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/diy/ - Do-It-Yourself


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2049426 No.2049426 [Reply] [Original] [archived.moe]

Hi DIY. I'm an electrician. For years I've been throwing my wire ends in the trash. A year ago, a drywaller asked me if he could keep my scarps. He told me his son (who had down syndrome) stripped them and saved enough money for a vacation to Thailand.
That planted a brain bug in my mind.
For the last year, I have been keeping my scrap copper and stripping it in my spare time.
I ended up with a car load of bare bright copper.
Yesterday, I took it to the scrap yard and made $1100 bucks CND. I've never been to a scrap yard before in my life. It was a great experience. Everyone was so friendly.
I can tell you: it is completely worth it.
This thread is a diary of what I have learned, my methods and tips for aspiring scrappers. Please feel free to ask for advice or give suggestions of your own.
For the record: I Iive in a major city in Western Canada. I mainly do commercial work but for the last year I have been doing residential renovations and various 'side' jobs.

>> No.2049446

>>2049426
How many hours of your time did it take to get that $1100?

>> No.2049452
File: 53 KB, 640x480, WIN_20210307_15_25_54_Pro.jpg [View same] [iqdb] [saucenao] [google] [report]
2049452

I'm trying to send a bunch of photos from my phone to my laptop so I'll have some IRL photos to show you guys. before then, let me tell you a thing or two that I've learned:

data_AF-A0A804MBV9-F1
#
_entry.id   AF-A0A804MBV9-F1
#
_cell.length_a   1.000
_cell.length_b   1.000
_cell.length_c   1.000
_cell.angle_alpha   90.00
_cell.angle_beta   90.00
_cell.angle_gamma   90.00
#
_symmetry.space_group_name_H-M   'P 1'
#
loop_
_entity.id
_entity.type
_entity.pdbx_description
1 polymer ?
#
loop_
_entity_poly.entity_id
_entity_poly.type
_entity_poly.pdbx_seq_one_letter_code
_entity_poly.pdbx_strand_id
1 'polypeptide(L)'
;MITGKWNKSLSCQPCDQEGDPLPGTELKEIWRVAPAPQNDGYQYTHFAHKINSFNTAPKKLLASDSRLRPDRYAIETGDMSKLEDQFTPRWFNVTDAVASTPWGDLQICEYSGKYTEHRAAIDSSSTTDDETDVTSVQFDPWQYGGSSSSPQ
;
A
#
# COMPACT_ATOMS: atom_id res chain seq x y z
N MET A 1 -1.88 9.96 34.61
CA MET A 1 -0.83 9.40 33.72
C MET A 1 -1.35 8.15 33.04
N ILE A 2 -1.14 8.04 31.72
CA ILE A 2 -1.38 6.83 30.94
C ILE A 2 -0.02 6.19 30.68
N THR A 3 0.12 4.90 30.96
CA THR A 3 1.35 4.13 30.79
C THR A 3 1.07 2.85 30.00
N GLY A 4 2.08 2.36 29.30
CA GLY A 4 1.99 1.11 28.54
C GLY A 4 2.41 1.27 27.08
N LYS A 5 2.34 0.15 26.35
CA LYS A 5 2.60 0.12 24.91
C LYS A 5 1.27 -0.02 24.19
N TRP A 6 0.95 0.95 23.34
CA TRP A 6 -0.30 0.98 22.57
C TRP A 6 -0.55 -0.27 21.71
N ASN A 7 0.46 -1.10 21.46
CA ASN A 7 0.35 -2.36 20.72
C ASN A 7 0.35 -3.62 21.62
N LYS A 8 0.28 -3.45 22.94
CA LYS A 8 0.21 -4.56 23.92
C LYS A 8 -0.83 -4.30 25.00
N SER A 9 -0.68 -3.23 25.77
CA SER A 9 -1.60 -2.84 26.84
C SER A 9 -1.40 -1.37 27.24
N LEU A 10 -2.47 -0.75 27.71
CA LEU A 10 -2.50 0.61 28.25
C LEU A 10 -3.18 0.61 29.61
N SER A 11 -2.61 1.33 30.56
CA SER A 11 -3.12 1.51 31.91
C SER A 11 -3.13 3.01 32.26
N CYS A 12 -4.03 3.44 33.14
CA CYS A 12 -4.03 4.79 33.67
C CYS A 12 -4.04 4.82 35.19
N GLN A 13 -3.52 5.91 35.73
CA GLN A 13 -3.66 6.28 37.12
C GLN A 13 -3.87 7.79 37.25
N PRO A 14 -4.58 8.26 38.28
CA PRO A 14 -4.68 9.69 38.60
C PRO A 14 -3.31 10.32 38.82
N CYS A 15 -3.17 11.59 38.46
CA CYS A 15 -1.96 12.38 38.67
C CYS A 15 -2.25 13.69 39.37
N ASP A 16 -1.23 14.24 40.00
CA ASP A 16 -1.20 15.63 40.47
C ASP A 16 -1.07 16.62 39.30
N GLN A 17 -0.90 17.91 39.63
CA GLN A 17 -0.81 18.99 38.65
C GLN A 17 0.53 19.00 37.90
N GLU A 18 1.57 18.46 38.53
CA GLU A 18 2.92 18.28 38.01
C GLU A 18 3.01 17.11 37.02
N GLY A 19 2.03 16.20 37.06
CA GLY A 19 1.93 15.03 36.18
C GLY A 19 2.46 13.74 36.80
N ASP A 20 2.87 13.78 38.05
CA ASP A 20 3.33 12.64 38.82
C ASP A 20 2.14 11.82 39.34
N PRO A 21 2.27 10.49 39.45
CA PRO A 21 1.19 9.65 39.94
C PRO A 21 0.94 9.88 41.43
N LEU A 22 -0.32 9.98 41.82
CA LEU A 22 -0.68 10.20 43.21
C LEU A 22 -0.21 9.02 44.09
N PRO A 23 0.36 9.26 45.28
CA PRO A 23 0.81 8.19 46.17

1. Don't bother taking in any scrap aluminum or scrap steel (unless you have tonnes). The guy at the scrap yard said scrap steel is worth 60 bucks a tonne or something like that. Just throw that stuff out. It is not worth your time.
2. Car batteries. Right before I left my house to go to the scrap yard, I removed an old, dead battery from my hobby truck. Smart move. I got 32 cents per pound for that sucker. I made $13 bucks just with a couple turns of a wrench. (keep in mind,in canada, everyone pays a 30$ deposit for every car battery that is sold). Also, I saw a guy with a trailer who had about 50 car batteries in his truck. he must have made a small fortune.
Pic related. I'll have better photos later.

>> No.2049459

>>2049446
That's a good question. The guy who worked at the scrap yard who processed my shit asked me that same question. I didn't really have a good answer.
This goes into the "Methods" part of the first post.
I'll go into this in more detail later but basically my method is: Work all day. Come home with my odds and ends copper. Spend about 45 mins after dinner stripping wire while listening to an audio book or a podcast. My reasoning is: I'd rather strip wire than watch netflix. In Canada during the winter; you can't go outside bc it's so fucking cold. I'm a bit of a busy body so I enjoy being active instead of watching garbage on TV.

>> No.2049607

>>2049459
My litmus test for earning side money is simple: If an hour of my labor doing whatever it is earns me less money than I get paid for my job I skip it. Hobbies are a different story of course, but stripping the insulation off of wire is not exactly what I would call enjoyable or relaxing.

>> No.2049616

>>2049459
Are you doing this by hand? They make devices designed for this that you can attach a drill for $150

>> No.2049618

how many different 'kinds' of copper are there? They throw away a lot of copper at work but not all of it is wire, a lot of it is small refrigerator-like tubing and electronic components

>> No.2049631

>>2049426
my dad does this. he's retired and during the winter it keeps him busy. he just made a run last week and made a little over 900. he strips wire out of pretty much anything.

>> No.2049638

>>2049607
Ive been blessed to have the kind of job that is hell for an hour or two a day and the rest of the day is pretty leisurely. I think if I do a little every day it might add up eventually

>> No.2049751

>>2049616
i do this with an implement that I made. it's basically a 2 by 4 with a hole drilled in it and a drywall screw as the cutting die. i'll post an image later.

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